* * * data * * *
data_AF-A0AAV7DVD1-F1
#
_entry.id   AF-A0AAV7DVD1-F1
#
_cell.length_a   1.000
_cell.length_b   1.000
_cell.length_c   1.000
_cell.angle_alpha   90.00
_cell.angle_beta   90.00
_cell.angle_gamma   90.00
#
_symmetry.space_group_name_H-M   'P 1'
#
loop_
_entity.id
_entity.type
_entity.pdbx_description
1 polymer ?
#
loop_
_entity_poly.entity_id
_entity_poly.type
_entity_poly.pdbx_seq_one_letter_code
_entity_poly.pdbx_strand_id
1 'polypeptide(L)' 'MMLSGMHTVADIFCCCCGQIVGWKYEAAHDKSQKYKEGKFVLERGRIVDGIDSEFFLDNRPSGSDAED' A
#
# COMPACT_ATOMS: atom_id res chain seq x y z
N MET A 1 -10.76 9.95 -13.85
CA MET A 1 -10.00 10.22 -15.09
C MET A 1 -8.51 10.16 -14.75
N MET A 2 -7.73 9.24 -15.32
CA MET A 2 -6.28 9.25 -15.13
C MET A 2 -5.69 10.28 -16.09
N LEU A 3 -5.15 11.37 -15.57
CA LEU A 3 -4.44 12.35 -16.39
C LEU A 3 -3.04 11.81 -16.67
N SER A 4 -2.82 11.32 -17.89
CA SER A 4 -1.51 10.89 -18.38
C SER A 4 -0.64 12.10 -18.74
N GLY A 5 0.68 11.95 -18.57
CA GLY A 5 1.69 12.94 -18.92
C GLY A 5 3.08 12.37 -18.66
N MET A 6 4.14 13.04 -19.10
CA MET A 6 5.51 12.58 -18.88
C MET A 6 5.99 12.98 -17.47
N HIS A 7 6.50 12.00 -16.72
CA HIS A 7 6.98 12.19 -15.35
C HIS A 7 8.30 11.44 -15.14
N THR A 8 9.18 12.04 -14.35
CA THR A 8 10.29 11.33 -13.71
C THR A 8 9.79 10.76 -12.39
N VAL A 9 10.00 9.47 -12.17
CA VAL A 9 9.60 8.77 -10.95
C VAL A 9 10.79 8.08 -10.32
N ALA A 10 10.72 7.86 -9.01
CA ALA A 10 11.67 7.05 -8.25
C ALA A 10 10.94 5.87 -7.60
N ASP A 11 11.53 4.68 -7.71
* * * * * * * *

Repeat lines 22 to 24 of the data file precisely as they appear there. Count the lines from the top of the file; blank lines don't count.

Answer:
_entity_poly.type
_entity_poly.pdbx_seq_one_letter_code
_entity_poly.pdbx_strand_id